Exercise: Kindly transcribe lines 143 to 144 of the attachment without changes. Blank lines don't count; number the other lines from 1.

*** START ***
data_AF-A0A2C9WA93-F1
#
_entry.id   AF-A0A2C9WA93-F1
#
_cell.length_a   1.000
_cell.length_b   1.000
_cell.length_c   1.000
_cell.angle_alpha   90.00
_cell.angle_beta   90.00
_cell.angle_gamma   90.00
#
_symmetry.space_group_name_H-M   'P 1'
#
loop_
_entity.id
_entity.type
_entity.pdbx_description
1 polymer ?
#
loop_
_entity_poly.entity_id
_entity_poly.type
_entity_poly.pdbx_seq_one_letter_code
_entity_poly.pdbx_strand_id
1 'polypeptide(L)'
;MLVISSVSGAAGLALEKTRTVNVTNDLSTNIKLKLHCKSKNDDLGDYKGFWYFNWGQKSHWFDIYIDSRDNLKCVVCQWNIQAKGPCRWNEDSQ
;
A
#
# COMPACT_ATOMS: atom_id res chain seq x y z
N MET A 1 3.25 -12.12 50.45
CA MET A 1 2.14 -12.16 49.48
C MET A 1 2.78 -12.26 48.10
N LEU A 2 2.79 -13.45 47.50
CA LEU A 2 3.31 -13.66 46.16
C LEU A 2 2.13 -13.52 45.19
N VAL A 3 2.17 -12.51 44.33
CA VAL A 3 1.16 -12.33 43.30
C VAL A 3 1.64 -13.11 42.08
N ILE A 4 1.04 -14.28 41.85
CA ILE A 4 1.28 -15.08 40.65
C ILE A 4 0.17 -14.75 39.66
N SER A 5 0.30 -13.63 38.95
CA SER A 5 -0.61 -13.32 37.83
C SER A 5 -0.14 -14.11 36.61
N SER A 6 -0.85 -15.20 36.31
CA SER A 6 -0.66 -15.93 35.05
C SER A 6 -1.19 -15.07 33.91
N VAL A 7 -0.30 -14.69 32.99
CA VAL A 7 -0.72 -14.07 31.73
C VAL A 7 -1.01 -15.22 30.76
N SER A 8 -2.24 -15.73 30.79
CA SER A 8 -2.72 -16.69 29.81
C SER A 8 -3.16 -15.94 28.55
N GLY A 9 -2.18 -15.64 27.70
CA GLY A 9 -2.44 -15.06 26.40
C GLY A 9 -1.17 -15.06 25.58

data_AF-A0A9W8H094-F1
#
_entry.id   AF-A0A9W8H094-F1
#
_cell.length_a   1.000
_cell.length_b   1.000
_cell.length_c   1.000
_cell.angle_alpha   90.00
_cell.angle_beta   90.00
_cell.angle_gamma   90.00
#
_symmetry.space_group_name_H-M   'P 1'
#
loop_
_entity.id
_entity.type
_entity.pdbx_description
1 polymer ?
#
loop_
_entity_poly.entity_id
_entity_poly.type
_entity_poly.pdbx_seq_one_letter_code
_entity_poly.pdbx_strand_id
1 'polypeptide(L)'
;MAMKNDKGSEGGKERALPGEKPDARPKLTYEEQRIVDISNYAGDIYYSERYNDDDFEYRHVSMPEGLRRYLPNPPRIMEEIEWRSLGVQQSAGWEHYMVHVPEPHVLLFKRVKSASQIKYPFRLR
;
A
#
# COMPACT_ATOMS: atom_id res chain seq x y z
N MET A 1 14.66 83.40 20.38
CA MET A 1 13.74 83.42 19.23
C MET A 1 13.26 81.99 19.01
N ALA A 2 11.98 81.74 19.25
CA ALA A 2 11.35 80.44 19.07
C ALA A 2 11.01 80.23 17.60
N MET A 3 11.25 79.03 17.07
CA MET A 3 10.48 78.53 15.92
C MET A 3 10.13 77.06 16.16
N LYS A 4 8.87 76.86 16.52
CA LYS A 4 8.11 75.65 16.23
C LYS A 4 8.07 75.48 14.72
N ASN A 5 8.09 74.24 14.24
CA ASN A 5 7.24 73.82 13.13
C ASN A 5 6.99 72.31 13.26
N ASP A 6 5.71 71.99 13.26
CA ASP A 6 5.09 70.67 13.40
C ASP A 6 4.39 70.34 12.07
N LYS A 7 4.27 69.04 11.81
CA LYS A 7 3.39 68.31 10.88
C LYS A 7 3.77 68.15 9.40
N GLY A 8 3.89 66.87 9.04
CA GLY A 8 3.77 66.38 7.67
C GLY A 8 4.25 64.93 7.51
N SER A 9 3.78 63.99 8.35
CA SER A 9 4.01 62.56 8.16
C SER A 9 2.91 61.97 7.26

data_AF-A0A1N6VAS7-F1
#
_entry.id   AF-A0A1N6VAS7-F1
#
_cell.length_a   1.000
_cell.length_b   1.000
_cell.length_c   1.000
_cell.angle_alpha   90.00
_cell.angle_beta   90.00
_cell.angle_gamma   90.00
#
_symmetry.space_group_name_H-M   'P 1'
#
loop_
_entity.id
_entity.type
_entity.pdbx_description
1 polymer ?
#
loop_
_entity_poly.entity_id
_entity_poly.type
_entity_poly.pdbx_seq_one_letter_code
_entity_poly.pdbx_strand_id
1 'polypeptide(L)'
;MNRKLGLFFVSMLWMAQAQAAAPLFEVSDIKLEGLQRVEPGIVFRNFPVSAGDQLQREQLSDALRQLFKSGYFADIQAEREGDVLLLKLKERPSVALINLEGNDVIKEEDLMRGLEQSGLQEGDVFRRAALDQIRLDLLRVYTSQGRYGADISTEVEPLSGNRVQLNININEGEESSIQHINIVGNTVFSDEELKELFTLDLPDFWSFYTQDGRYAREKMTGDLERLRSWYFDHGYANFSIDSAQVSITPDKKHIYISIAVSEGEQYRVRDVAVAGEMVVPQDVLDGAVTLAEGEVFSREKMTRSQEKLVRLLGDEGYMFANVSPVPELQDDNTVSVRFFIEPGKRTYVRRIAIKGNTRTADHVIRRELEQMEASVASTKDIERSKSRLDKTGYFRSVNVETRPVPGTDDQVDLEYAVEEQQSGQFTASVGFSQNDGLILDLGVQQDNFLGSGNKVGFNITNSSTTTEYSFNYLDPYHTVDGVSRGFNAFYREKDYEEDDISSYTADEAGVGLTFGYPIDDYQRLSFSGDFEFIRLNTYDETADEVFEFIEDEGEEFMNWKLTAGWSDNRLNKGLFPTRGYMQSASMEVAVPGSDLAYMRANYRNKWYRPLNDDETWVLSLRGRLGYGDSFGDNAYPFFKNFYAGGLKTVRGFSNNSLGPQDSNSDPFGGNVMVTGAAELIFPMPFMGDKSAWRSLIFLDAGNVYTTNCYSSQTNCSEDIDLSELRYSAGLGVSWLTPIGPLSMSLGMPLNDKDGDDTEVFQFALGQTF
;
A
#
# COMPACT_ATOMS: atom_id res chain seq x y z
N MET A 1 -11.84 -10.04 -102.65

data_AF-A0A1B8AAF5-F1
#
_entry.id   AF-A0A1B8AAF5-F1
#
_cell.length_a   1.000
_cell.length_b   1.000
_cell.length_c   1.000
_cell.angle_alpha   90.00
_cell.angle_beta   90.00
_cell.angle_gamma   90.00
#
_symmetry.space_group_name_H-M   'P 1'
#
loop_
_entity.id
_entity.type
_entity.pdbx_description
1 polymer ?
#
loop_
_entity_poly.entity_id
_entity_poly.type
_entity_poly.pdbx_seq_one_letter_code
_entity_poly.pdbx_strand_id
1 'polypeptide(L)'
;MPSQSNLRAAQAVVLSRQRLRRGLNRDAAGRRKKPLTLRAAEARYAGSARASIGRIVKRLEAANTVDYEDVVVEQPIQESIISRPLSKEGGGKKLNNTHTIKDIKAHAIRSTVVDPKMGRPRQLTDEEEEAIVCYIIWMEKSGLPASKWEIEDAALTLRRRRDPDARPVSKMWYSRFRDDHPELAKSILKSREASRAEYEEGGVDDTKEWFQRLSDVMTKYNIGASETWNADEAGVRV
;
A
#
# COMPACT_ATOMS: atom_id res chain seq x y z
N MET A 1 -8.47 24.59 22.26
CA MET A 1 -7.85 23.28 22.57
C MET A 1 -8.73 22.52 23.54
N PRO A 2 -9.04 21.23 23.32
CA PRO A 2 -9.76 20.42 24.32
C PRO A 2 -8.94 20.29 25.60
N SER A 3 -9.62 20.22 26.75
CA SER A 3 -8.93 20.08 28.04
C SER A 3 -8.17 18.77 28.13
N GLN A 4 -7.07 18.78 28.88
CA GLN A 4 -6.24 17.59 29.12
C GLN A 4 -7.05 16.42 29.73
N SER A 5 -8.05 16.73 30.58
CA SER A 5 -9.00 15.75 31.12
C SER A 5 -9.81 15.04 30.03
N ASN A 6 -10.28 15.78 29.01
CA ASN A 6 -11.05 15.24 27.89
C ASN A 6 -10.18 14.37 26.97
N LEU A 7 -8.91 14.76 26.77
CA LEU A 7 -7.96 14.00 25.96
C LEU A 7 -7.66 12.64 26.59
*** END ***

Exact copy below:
#
# COMPACT_ATOMS: atom_id res chain seq x y z